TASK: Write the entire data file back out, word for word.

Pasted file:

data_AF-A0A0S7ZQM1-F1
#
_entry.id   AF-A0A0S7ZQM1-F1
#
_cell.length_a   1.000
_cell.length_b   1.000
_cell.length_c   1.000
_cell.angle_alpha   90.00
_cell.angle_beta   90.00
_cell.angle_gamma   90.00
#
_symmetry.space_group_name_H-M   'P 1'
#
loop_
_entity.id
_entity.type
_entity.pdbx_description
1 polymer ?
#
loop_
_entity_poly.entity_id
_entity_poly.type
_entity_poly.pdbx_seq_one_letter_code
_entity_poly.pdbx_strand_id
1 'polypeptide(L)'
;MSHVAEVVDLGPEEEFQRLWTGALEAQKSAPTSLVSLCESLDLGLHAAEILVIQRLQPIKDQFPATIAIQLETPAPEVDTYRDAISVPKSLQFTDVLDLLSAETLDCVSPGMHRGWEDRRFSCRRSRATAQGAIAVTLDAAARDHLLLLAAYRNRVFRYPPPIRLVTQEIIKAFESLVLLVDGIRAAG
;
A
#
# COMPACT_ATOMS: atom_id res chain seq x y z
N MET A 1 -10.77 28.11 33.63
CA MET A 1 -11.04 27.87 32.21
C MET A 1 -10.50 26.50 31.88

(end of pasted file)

data_AF-A0A0S7ZQM1-F1
#
_entry.id   AF-A0A0S7ZQM1-F1
#
_cell.length_a   1.000
_cell.length_b   1.000
_cell.length_c   1.000
_cell.angle_alpha   90.00
_cell.angle_beta   90.00
_cell.angle_gamma   90.00
#
_symmetry.space_group_name_H-M   'P 1'
#
loop_
_entity.id
_entity.type
_entity.pdbx_description
1 polymer ?
#
loop_
_entity_poly.entity_id
_entity_poly.type
_entity_poly.pdbx_seq_one_letter_code
_entity_poly.pdbx_strand_id
1 'polypeptide(L)'
;MSHVAEVVDLGPEEEFQRLWTGALEAQKSAPTSLVSLCESLDLGLHAAEILVIQRLQPIKDQFPATIAIQLETPAPEVDTYRDAISVPKSLQFTDVLDLLSAETLDCVSPGMHRGWEDRRFSCRRSRATAQGAIAVTLDAAARDHLLLLAAYRNRVFRYPPPIRLVTQEIIKAFESLVLLVDGIRAAG
;
A
#
# COMPACT_ATOMS: atom_id res chain seq x y z
N MET A 1 -10.77 28.11 33.63
CA MET A 1 -11.04 27.87 32.21
C MET A 1 -10.50 26.50 31.88